2. Orbital evolution with evaporation
Twobody problems in which one of the component loses mass should be solved with care. Several misunderstandings have already been found in the literature (Plastino & Muzzio 1992), since the equations of motion are not the same when the ejection is isotropic or not. Here, we consider a simple model of evaporation that is well suited to both isotropic and anisotropic mass loss.
We define a planet of mass m(t) orbiting a star with mass m_{⋆}. The orbit is characterized by a radius vector r, an orbital velocity , a semimajor axis a, an eccentricity e, an orbital angular momentum ℓ = r × v, and a period P = 2π/n, where n is the mean motion defined by G(m + m_{⋆}) = n^{2}a^{3}, and G is the gravitational constant. Then, v_{p} and v_{⋆} are respectively the velocity of the planet and of the star in a fixed reference frame. The orbital velocity is then v = v_{p} − v_{⋆}. For any vector w, we denote w = ∥w∥ as its norm, and its unit vector. The frame , where and , is used to defined the geometry of the mass ejection, which is given by two parameters: the angle θ between the star and the direction of mass ejection, and the aperture ϕ of the stream (see Fig. 1). In particular, the evaporation is completely focused in one direction when ϕ = 0°, and becomes isotropic when ϕ = 180°. We denote as the average direction of the stream.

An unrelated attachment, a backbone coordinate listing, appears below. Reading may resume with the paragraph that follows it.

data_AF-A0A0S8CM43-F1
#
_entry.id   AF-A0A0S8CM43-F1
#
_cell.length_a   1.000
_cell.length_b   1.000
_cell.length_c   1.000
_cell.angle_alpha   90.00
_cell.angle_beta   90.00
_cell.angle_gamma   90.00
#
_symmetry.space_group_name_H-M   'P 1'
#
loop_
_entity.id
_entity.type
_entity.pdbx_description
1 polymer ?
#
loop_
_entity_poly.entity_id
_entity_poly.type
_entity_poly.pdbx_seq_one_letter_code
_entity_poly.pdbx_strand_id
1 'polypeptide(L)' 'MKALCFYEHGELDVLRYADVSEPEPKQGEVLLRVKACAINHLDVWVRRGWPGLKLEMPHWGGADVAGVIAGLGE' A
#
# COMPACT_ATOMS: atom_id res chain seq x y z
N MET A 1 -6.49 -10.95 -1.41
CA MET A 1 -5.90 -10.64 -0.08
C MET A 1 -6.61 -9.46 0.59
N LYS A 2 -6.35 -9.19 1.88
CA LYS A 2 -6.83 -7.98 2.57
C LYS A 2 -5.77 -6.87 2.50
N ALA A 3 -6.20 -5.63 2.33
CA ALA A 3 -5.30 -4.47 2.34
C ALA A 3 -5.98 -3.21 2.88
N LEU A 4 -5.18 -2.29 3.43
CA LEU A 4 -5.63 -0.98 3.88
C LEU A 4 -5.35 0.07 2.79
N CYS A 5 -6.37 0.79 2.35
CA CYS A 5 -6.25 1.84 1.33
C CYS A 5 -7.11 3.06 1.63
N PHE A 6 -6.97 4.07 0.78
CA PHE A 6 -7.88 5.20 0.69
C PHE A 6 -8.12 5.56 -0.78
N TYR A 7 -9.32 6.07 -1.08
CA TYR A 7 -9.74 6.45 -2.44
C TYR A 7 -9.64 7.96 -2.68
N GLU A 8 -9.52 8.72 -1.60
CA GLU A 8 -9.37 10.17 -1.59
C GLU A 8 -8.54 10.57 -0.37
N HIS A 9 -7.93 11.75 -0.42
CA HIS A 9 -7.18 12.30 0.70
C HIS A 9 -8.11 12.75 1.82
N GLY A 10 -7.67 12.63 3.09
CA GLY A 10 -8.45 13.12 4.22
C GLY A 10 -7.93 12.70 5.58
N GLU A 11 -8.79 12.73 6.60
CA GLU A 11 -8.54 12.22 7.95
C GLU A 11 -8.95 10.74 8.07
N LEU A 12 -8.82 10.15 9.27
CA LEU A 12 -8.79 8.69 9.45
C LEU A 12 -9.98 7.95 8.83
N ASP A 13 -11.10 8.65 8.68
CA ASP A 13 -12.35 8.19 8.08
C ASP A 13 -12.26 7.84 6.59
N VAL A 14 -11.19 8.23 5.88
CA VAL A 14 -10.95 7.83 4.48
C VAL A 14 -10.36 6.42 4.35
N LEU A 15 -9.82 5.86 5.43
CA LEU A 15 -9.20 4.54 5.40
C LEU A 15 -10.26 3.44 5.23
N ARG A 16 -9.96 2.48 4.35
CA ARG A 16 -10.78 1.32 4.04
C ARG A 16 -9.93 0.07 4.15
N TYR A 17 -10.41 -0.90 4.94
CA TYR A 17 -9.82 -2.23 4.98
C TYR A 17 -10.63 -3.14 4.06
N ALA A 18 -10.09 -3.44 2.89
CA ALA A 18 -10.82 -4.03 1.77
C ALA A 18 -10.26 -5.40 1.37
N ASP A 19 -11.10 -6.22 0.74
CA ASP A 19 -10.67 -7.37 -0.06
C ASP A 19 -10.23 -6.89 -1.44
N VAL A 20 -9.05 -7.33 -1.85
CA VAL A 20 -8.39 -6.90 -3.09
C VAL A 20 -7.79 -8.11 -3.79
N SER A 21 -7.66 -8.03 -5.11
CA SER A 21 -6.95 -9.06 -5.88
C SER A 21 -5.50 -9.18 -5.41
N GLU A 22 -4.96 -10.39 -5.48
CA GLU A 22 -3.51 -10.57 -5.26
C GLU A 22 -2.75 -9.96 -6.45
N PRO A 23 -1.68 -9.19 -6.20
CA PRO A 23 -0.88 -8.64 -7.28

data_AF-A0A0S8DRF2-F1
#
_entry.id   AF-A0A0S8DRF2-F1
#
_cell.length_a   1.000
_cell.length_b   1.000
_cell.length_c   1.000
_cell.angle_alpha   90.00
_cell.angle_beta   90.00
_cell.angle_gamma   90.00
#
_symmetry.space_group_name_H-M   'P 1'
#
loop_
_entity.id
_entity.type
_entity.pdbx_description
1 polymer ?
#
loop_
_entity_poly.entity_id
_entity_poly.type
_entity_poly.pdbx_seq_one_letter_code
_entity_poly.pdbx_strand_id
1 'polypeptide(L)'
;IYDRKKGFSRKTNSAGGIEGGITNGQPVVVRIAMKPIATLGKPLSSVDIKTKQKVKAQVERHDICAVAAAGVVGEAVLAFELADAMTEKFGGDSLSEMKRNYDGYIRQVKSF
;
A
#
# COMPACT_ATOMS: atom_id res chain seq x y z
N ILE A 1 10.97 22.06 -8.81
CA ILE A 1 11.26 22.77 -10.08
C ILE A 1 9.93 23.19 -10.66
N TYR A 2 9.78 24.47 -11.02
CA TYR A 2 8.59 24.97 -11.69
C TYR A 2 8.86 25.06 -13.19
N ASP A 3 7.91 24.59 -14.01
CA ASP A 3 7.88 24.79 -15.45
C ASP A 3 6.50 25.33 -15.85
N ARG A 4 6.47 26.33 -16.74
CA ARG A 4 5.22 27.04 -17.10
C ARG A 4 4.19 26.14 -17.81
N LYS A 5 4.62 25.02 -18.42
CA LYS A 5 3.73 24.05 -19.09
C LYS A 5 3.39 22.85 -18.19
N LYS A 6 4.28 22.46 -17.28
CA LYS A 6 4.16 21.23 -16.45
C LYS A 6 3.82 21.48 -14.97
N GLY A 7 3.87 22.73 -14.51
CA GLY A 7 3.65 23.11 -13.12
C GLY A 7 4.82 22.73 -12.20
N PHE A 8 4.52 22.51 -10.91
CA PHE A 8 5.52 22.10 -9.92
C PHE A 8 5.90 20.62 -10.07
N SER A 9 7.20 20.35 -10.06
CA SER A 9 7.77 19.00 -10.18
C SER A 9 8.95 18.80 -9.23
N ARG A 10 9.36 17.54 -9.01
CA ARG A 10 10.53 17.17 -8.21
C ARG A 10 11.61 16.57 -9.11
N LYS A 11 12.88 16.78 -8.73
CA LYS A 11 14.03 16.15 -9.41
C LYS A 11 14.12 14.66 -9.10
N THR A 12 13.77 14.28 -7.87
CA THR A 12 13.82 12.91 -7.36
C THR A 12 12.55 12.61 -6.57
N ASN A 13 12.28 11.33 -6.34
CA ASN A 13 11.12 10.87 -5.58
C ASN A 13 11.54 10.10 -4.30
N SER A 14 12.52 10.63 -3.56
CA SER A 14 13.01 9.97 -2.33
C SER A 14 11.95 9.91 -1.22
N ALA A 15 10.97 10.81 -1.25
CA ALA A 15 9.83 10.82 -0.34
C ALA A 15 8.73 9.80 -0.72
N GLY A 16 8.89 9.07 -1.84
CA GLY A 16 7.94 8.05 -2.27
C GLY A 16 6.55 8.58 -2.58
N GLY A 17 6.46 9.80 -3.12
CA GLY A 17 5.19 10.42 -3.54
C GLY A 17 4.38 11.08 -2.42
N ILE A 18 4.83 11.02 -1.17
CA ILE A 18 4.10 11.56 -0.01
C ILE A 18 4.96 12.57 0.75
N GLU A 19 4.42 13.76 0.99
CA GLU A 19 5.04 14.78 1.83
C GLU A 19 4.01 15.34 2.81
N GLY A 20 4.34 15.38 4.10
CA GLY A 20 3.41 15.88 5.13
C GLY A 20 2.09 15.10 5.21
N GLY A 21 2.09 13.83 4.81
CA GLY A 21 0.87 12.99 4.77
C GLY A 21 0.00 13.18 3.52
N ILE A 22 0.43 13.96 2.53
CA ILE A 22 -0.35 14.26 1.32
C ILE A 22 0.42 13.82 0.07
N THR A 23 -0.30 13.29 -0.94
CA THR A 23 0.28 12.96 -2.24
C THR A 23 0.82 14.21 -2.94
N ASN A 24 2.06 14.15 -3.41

Fig. 1 Geometry of evaporation. 

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Let V_{es} be the ejection speed of atmospheric particles with respect to the planet’s barycenter, then V_{es} can vary between 10 and 20 km s^{1} for a planet orbiting a mainsequence star and a T Tauri star, respectively (MurrayClay et al. 2009). The mean velocity V of the stream is , where (1)and the equations of motion are (2)We then assume that the massloss rate, ṁ(t), scales linearly with the energy received by the planet from the stellar XEUV emission. It should be stressed that this has no effect on the semimajor axis. Another scaling would modify the eccentricity evolution only slightly. The massloss rate is thus inversely proportional to the square of the distance (3)where B(t) is any slowly varying function accounting for the time evolution of the stellar luminosity. From (2), (3), and the expression of V, one gets (4)where κ(t) = η(ϕ)B(t)V_{es}/m(t) and μ(t) = G(m(t) + m_{⋆}) − κ(t)cosθ. Even in the extreme case with a massloss rate of ṁ = −10^{15} g s^{1} and an ejection speed of V_{es} = 100 km s^{1}, for a hot Jupiter at 0.05 AU, κ/(Gm) remains lower than 2 × 10^{8}. In the following, we thus simply use μ(t) = G(m(t) + m_{⋆}).